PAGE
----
9. I had a quick look at the echo and unfortunately, by the time you have purchased the unit, hedge trimmer and pole saw you are in the £800 sector which again is rather too much. I suspect I am on a hiding to nothing when I say my budget is £400. It seems to be either ££££ or £ when it comes to these multi tool machines.
  10. Many thanks for the recommendation. I will have a look at the echo brand you mention. The most frustrating aspect to the whole thing as you have eluded to, is that you are going out clearing the trails that the council don't have funding or cannot be bothered to cut and the vegetation that land owners are responsible for and yet you face a risk of criminal damage. One part of me is rebellious and thinks if you ended up in court for clearing trails voluntarily it would maybe bring the whole system into question. I have spoken with the council about cutting trails and they did state I need to request permission. Requesting permission to clear the very trails that they are responsible for clearing. Sounds all rather ridiculous. Rant over.
  11. I appreciate that this is more a question towards garden maintenance, but I am hoping someone maybe able to help. I am currently looking to purchase a 5 in 1 machine so that I can go out and cut the bridleways and footpaths that my local council seem to take 3 months or never doing after I report them. As someone who is very passionate about footpaths and bridleways, especially, when you consider that these rights of way have so much history I find it a real shame to see so many being slowly lost due to poor management by the land owner (side vegetation) and council (upwards vegetation). As a result I want to try and start a bit of a movement of my own getting local businesses and eventually individuals involved. I appreciate you can volunteer with the local council rangers, but they only work Mon-Fri and a lot of people cannot volunteer during the week. So my plan is to start cutting some local trails on my own in the hope I can get some exposure and then eventually try and purchase a 2 wheel tractor with flail. Apologies, but I have digressed and the question I came on here to ask is what machine do people recommend. I cannot afford a Stihl as with the brush cutter, pruner and hedge cutter I would be looking at £1200. But at the same token I appreciate a £150 ScrewFix special is a waste of money. I was hoping I might have been able to find a dealer who may either have an ex-demo or sell one at cost, given that this is about me spending my own money in an attempt to give something back to the wider community. Any pointers welcomed.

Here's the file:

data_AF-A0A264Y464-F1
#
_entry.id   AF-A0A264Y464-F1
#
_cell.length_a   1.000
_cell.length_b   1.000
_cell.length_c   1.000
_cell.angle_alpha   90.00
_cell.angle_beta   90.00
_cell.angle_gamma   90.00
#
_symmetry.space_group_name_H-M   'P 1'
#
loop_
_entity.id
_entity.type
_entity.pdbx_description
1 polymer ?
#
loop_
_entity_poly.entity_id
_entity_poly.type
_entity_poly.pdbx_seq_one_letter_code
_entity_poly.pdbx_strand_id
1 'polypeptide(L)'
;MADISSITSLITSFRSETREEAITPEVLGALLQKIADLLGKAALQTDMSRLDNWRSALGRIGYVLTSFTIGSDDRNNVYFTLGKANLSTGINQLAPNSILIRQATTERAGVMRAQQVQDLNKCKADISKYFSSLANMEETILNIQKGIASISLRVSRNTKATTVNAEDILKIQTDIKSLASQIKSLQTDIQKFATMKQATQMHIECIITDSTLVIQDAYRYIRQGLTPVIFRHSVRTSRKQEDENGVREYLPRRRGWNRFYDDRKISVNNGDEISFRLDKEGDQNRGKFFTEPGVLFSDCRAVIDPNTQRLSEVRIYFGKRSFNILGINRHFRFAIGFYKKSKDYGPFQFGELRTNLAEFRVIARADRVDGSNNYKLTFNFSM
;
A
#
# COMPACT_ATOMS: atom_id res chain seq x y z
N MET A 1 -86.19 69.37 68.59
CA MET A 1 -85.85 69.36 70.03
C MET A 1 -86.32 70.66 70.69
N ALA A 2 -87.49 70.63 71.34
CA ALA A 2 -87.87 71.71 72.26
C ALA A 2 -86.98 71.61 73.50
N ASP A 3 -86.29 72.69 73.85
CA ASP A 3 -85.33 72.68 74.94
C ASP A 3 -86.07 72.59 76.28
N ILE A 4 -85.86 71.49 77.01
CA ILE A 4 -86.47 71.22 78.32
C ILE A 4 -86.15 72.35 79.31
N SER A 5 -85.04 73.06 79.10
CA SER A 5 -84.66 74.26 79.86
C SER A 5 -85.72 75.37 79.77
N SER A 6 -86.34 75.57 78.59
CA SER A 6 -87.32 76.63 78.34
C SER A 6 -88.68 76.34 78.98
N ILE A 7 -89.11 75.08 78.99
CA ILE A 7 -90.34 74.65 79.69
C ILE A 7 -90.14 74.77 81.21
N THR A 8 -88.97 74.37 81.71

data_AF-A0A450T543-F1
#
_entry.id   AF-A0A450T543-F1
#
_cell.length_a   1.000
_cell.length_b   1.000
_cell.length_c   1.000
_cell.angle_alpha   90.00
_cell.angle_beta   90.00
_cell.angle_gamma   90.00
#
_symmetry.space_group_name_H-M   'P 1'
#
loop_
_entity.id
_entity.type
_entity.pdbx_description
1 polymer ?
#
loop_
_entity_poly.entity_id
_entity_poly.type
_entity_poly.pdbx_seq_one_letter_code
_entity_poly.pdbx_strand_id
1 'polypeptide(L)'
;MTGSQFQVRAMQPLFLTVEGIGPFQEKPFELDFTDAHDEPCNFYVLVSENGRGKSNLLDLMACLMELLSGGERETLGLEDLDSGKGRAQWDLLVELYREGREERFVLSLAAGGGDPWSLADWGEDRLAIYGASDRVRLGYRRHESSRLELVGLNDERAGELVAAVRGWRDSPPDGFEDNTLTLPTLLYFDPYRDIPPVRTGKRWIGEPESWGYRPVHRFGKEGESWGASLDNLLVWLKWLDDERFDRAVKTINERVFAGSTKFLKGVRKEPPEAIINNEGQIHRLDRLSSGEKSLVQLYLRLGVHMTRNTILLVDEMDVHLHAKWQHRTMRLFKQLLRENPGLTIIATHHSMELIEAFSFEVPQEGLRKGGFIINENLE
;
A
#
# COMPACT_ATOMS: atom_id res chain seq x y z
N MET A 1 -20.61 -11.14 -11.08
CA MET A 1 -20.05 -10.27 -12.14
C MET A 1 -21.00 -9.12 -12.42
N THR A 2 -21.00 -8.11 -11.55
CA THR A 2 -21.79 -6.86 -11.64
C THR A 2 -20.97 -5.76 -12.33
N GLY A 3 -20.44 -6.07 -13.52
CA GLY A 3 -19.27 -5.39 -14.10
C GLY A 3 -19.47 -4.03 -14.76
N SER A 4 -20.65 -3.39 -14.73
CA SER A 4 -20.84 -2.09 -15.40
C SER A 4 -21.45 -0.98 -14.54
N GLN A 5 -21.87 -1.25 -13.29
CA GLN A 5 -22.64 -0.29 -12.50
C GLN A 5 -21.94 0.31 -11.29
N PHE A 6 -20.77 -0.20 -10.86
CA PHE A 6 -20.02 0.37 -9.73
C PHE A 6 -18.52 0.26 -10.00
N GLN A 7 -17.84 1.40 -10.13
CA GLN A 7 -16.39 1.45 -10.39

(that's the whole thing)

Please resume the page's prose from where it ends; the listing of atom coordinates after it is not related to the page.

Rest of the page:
12. I'm reading Oliver Rackham's History of the Countryside. Thousands is the most likely answer, depending on where you live a swathe of the country was replanned but even then many of the ancient paths remained. I'll look that one up ?.
  13. Such a shame. Bridleways and footpaths hold hundreds if not thousands of years of history. See an ancient oak tree on a bridleway and thinking the sights that it saw is fascinating. Well, to me anyway.